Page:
Meat industry call for flexible furlough

Meat industry call for flexible furlough

The Association of Independent Meat Suppliers (AIMS) is calling on the Government to introduce a flexible furlough scheme for the meat industry, following similar calls from other organisations such as Scottish Land & Estates.

 

Norman Bagley, head of policy for AIMS, said: “We welcome the measures taken by Government during this national emergency and in particular the ‘Coronavirus Job Retention Scheme’ which allows for staff to be furloughed but as it stands this is very much a one size fits all scheme and simply doesn’t taken into account the differences that exist from industry to industry.”

AIMS, whose constituency MP is the Chancellor, Rishi Sunak, have spoken with many of their members across all different points within the supply chain.

“We would like to see the option for flexible furlough whereby staff would receive their full earnings from their employers on the days they work and the 80% furlough payment on the days they don’t.”

Bagley continued: “What we are hearing is that many have seen a downturn in their businesses but do not have the need to fully close. We would like to see the option for flexible furlough whereby staff would receive their full earnings from their employers on the days they work and the 80% furlough payment on the days they don’t.”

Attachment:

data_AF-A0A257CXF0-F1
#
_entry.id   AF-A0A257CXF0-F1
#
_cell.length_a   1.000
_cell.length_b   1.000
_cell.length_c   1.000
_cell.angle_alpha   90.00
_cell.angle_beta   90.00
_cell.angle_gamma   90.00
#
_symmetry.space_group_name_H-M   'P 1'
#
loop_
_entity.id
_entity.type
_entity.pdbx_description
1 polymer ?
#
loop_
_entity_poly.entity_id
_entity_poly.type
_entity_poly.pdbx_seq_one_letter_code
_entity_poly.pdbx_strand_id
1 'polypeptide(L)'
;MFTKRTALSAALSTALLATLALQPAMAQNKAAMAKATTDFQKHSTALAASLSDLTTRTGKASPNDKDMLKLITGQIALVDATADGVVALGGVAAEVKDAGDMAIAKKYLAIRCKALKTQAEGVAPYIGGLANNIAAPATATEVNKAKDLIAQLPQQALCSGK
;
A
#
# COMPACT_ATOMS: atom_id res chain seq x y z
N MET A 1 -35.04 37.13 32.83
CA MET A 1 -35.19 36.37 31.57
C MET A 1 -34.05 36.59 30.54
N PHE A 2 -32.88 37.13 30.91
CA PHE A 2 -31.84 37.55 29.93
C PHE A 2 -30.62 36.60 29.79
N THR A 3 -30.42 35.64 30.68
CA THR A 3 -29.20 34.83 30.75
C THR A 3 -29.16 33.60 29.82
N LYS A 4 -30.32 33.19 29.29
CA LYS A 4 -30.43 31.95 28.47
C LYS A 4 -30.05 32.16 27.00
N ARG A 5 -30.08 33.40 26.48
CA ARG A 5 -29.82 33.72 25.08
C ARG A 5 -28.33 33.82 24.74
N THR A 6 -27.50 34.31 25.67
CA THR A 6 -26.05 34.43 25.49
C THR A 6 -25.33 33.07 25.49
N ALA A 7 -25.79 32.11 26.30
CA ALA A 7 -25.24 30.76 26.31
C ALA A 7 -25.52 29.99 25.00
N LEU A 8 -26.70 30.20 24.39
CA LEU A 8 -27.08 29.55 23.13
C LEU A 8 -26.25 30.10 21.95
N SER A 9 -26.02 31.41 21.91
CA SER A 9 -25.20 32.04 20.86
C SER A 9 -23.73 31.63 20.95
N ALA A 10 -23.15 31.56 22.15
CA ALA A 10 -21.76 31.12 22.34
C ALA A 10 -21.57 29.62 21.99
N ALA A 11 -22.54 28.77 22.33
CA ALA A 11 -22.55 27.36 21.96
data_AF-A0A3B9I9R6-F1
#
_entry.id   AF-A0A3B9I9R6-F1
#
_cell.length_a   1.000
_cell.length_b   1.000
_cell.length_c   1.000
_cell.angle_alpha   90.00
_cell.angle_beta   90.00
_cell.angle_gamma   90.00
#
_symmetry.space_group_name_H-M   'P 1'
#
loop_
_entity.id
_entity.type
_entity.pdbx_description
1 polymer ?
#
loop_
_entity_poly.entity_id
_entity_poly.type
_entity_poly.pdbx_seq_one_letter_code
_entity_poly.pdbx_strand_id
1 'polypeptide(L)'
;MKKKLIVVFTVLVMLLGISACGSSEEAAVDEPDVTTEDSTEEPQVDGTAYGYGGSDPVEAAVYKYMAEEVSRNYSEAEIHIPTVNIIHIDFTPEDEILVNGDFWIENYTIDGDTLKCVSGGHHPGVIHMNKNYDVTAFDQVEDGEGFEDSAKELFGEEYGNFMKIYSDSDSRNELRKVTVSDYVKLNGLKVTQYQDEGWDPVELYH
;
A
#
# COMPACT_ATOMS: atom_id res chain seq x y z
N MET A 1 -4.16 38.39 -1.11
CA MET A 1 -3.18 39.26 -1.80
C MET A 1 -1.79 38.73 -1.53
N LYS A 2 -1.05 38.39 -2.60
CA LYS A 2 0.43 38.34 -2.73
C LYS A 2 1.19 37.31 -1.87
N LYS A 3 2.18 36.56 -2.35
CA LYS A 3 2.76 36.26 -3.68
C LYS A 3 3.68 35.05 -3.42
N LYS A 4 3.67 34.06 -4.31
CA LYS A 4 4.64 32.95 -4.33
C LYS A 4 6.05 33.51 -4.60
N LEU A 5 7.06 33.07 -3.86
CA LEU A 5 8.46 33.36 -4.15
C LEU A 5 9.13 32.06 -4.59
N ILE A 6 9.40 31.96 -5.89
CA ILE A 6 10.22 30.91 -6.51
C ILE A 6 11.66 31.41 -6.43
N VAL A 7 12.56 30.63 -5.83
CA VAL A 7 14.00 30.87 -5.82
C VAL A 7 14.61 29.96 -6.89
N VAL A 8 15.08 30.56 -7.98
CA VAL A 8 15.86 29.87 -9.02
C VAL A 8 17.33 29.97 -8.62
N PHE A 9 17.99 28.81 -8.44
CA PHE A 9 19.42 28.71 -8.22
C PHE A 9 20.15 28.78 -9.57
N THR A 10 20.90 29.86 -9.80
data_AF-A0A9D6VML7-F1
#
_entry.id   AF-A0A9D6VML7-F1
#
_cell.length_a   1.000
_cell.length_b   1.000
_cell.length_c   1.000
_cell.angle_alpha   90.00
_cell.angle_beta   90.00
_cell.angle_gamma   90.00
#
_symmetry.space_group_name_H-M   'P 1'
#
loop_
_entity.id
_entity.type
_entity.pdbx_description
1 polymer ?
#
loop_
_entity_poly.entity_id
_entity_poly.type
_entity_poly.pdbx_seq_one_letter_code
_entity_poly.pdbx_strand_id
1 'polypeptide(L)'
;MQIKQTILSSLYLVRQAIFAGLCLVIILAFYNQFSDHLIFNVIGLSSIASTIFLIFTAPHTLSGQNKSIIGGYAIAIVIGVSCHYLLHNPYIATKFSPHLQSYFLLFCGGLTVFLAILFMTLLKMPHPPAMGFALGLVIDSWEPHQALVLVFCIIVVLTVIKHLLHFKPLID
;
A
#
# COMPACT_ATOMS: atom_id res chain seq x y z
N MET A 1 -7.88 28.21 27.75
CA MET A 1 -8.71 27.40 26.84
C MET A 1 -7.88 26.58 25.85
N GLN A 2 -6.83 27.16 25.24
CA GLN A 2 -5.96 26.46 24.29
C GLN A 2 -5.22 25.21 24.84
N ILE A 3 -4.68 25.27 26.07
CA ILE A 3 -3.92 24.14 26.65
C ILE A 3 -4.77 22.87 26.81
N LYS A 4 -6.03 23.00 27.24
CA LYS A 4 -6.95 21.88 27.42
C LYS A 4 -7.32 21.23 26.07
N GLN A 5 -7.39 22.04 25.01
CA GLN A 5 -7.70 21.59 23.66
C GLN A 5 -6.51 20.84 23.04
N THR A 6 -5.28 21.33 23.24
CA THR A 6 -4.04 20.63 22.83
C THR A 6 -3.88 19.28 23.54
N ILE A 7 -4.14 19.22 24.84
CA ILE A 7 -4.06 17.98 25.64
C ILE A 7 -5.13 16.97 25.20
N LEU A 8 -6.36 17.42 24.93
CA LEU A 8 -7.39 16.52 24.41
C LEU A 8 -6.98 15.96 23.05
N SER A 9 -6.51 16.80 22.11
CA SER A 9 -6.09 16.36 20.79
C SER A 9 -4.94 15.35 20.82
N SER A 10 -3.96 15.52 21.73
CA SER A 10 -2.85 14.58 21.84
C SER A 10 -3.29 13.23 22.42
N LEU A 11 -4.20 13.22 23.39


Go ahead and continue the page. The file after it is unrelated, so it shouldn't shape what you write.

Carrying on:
“Many of our members supply much of what they produce to the hospitality industry who through Government instruction are not currently operating. They have some additional retail business, and many have moved into home delivery. However, those sales in no way will replace the business lost.”

AIMS believes that if businesses can operate flexible furlough then there would be a saving to the country’s finances and businesses would be more likely to survive the impact of coronavirus.

An AIMS board member and managing director of Euro Quality Lambs, Rizvan Khalid  said: “To keep the food chain going as much as needed, and to reduce where it can, it makes more sense (to save money for the exchequer and to increase stay at home occasions) to have a flexible furlough scheme where abattoirs can decide on the number of days needed to meet their current demand.”

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